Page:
History lesson. The year is 2010. In these 12 months, we saw Apple introduce the iPad; Julia Gillard became Australia’s first female prime minister and the AFL Grand Final between fierce rivals Collingwood and St Kilda ended in a draw, leading to a rematch where the former won. In this same year, Mitsubishi’s first ever compact SUV, the ASX launched down under. 7 long years later, Apple has launched the second generation of the new iPad Pro line; politics changed sides and is back to males with Malcolm Turnbull now the prime minister and the best AFL team ever (I’m a little biased), Richmond won its first grand final in 37 years. However, one thing has stayed the same, the faithful Mitsubishi ASX. With that in mind, I thought I would write a review of my grandparents new ASX LS. I’m sure everyone anticipated the car revealed at the 2017 Geneva Motor Show would be the all-new second-generation ASX and were surprised when Mitsubishi instead decided to launch a new product that sits in between the ASX and Outlander, the Eclipse Cross. Speculation is that a new ASX will launch within the next 3 years, however, whether it is just a major update or the next generation version is unknown. For the sake of Mitsubishi, I hope it’s the latter - especially considering the ASX usually sits below the Mazda CX-3 in second place with the monthly Australian new car sales. Speaking of the devil, that is the car we initially tested in March when the search began. THE SEARCH My grandparents had never purchased a brand new car before and weren't planning to at first. Their previous car was a 2002 Ford Laser LXi sedan purchased used from the local dealer in 2005 with little kilometers on the dial. But, just like things can change in seven years, a lot changed in 12 years. Now with 100,000kms on the odometer, and with the car (as well as the owners) aging, the decision was made to find a newer car preferably from 2013-15. Since I’m the new car man, I recommended several choices including the Mazda CX-3, Mazda3, and wildcard Skoda Fabia wagon. Those cars were forgotten and placed on various cars on dealership lots - including an orange Ford EcoSport that my nan absolutely loved - however we talked her out of that thankfully. After some thinking, they decided they should pull the pin on buying a brand new car, especially because they had never done it before. Several days later, my parents rolled around in a test-drive CX-3 Maxx. While some features may appeal to many people such as the elegant ‘Kodo’ design, MZD Connect and nice engine/exterior/interior against the ASX, just about everything else is not good with the car - especially when older people were planning to buy it. One of the major reasons the Laser needed to go was because of its low height which was becoming hard for them to get in and out - especially for my pa, and the CX-3 made hardly any difference. From the drive we did, the CX-3 was great, however, the low height and ergonomics left them disappointed. So, while returning the car back to the dealer, the salesman happened to recommend the ASX, saying that most buyers are over 50. Hesitant, my parents pull up in the driveway once again 30 minutes later. What a difference! Immediately, it was much easier for them to get in and out. What makes the difference is the slightly higher ground clearance, as well as the wide opening doors which are also large from top-to-bottom, and the seats are closer to the outside - reducing the time spent bending to ingress and egress. A week later - after a 12-hour test drive - my grandparents excitingly purchased the ASX LS in Red (official colour name - hah). Following that week was another week, and this week was the delivery day. With final documents signed, the old Laser was traded in to be sold to used car dealers in Melbourne, and the new pride and joy was taken on its first-ever trip home. It’s been 9 months since the car was driven away from the dealership and it has been impressive. So without further ado, here are some details: Powertrain and driving Sitting underneath the bonnet is the well-regarded Mitsubishi 2.0-litre petrol engine that is also used in the Outlander and Lancer. It produces 110kW and 197Nm of torque and is mated to a CVT transmission. Around town and on the highway, the engine is powerful enough to get from A-to-B, but it isn’t anything special. One of the many complaints with a constantly variable transmission is the lack of responsiveness and it does show, but this car doesn’t appeal to driving enthusiasts does it? In fact, my grandparents don’t notice any difference between the CVT and self-shifter in the Laser, and it’s still a great transmission for them. In terms of road and engine noise, it is quiet but not to the point of being near silent. On the highway, wind and tyre noise is prevalent throughout the cabin, however, around town you won’t notice it. Engine noise is also slightly noticeable, especially when accelerating. If you are looking for a bit of grunt and driving pizzazz from a small SUV, I would recommend a newer car from another brand such as the Hyundai Kona or Toyota C-HR, or the upscaled Eclipse Cross with its 1.5T unit. But, in saying that a Hyundai i30 SR or Holden Astra RS would be a better choice than any of the options listed above. Exterior With the 2017 update introduced last November, Mitsubishi introduced the new ‘Dynamic Shield’ front fascia as seen on the Outlander and Pajero Sport to the existing ASX design. My opinion is that this “modern” design does not fit the styling of the existing surroundings. For me, while the 2018 update has further improved the looks with a slightly updated grille and the re-introduction of LED DRL’s on the bumper which were humorously removed with the 17MY update and reintroduced just one year later, the 15.5MY version will always be the pinnacle of ASX design. Excluding the front, the remainder of the car is actually well designed. The 18” wheels look stunning, and aren’t anything like a base-spec car should offer. And, while the taillights may have not changed during the seven-year life cycle, they still look relatively fresh - if you can forgive the prominent orange indicator area. Interior As with all Mitsubishis, including my parents Pajero Sport, the cabin is very simple and is filled with dark plastics that are hard. This is one aspect that automatically gives the win to all of its rivals, however, it isn’t cut short at that point, with the interior boasting excellent boot space and storage - only topped by the Honda HR-V and Nissan Qashqai as class-leaders. Whilst the 2018 ASX LS introduced a new 7” touchscreen with Apple CarPlay/Android Auto, the 2017 model continued with the small 6.1” system that has been used throughout most of the ASX’s long life. Immediately looking at the display, you can see horrible graphics and an illogical layout, however diving further in and nice features can be seen, such as a good Bluetooth system that is quick to connect and DAB+ radio - something that is rare for a base model car - especially at this price point. However, they are the things I use, not my grandparents. The AM/FM radio works well, with quick shortcut buttons between different stations and a logical CD player interface. All in all, the system is still easy to use despite its age. Comfort wise, the cloth seats with ‘sporty’ red stitching are comfortable at the front, with rear passengers dealing with the same good back support, but missing out on great bottom support - with the rear bench feeling very firm over long distances, however, it’s good for a short trip. Conclusion The one and only issue that they have encountered with the car thus far is the glovebox, due to the latch being positioned on the right side, rather than in the middle. This means that the left side sags down and therefore doesn’t close probably, which could be a safety issue during an accident. Initially, we prevented this issue by using some force when shutting the glovebox, but nothing fixes it now. This will be rectified at the next service. In conclusion, the ASX is a great car for my grandparents and I highly recommend it to anyone who is in the same situation as them or someone who is looking for a great deal and still gets an excellent car. …. Stay tuned for more reviews of other cars from me in the future and feel free to leave a comment below. Your feedback is greatly appreciated!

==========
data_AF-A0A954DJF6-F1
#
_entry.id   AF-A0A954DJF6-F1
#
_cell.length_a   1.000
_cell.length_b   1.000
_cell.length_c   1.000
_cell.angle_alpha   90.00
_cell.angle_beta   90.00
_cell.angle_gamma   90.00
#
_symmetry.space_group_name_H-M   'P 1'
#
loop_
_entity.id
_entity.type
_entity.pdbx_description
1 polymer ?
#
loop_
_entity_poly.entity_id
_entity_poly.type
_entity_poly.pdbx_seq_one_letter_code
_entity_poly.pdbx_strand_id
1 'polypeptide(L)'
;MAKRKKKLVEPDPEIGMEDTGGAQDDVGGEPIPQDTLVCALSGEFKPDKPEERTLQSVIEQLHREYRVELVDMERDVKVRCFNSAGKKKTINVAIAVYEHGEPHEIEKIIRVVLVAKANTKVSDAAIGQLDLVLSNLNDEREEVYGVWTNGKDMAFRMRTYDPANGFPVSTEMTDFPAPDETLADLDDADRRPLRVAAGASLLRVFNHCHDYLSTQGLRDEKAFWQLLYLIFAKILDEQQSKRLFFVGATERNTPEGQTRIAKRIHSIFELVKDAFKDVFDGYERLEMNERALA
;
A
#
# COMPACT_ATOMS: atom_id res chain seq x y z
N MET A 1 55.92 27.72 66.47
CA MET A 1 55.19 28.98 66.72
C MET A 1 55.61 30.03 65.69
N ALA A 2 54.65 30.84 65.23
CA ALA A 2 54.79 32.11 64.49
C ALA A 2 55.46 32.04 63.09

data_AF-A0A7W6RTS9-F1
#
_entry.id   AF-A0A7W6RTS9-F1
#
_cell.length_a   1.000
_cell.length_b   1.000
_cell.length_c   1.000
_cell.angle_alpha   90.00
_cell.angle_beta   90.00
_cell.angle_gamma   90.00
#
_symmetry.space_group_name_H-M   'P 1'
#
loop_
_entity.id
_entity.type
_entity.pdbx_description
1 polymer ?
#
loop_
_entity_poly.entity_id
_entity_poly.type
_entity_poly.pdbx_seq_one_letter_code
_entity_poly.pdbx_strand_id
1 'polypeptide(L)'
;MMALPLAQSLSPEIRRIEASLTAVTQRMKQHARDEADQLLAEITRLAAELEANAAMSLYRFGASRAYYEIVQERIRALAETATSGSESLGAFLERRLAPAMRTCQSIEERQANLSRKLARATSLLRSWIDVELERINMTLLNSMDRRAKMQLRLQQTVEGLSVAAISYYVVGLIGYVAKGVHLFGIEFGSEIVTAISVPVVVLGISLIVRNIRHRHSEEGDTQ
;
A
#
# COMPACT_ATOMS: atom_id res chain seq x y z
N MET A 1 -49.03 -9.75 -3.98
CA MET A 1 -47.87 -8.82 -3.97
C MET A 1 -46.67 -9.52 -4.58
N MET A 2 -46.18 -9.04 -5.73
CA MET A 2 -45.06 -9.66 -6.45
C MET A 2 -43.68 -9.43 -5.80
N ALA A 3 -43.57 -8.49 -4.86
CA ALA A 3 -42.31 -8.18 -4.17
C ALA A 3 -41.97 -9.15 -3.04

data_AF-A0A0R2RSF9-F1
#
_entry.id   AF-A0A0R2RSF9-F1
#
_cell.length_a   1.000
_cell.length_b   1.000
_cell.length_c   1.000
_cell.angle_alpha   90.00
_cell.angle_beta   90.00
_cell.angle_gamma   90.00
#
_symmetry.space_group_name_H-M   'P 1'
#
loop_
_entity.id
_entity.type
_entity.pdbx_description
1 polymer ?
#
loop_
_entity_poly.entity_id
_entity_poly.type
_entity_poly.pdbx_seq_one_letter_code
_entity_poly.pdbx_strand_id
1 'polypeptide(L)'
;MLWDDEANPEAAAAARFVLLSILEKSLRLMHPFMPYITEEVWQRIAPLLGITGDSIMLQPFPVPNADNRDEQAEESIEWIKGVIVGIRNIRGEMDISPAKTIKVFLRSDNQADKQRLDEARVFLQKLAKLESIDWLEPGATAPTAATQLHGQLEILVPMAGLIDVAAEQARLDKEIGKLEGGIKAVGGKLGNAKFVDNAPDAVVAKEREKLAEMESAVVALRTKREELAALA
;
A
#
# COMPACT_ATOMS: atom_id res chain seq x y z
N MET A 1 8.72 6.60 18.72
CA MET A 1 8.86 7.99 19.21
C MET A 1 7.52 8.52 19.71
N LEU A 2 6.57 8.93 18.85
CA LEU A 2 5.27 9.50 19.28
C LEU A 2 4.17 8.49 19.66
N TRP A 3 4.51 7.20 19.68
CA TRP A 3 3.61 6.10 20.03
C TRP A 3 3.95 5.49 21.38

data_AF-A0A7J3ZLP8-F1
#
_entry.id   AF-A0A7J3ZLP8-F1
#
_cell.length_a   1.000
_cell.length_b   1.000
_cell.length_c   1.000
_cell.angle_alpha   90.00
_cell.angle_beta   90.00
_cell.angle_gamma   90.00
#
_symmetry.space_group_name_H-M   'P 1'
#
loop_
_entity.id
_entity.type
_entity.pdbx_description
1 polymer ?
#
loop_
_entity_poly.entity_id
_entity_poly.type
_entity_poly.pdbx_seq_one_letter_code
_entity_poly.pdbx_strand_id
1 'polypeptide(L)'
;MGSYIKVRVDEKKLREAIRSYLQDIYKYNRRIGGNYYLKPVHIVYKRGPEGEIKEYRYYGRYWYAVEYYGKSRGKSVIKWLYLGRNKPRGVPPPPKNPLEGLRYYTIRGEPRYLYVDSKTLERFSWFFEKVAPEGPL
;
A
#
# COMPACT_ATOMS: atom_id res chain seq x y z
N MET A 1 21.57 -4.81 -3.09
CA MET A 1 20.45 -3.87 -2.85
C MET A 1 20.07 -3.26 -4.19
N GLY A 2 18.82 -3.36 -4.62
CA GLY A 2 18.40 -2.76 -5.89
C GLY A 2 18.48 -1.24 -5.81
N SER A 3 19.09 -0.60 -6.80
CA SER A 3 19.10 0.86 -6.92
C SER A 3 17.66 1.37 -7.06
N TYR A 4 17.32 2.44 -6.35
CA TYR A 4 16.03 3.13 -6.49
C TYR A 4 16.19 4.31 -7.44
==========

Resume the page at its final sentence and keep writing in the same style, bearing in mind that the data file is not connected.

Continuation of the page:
2015 Mitsubishi Asx XLS (4wd) Review